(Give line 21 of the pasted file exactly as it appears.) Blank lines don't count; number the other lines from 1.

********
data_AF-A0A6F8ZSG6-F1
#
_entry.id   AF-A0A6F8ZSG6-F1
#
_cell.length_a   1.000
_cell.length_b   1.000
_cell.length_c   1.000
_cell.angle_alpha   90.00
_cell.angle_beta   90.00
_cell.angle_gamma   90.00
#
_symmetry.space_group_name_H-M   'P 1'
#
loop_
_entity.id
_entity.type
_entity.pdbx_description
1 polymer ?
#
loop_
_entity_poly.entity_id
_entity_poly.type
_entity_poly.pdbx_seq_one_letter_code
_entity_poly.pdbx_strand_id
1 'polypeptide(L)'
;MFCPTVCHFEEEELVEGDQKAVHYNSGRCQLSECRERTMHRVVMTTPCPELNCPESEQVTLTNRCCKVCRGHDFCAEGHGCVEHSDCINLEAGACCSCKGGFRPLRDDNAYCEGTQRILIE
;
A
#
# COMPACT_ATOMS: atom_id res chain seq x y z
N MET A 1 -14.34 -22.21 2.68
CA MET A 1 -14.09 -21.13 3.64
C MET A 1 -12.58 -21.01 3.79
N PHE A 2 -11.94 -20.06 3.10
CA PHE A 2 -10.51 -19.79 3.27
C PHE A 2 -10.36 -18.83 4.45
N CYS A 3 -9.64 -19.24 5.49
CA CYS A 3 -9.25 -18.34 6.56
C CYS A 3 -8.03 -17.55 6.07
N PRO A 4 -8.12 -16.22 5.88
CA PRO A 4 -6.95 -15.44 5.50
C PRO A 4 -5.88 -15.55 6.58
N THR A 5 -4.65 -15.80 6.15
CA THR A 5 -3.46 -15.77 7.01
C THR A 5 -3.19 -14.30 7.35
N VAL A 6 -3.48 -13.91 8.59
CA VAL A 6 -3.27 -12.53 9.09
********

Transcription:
_entity_poly.entity_id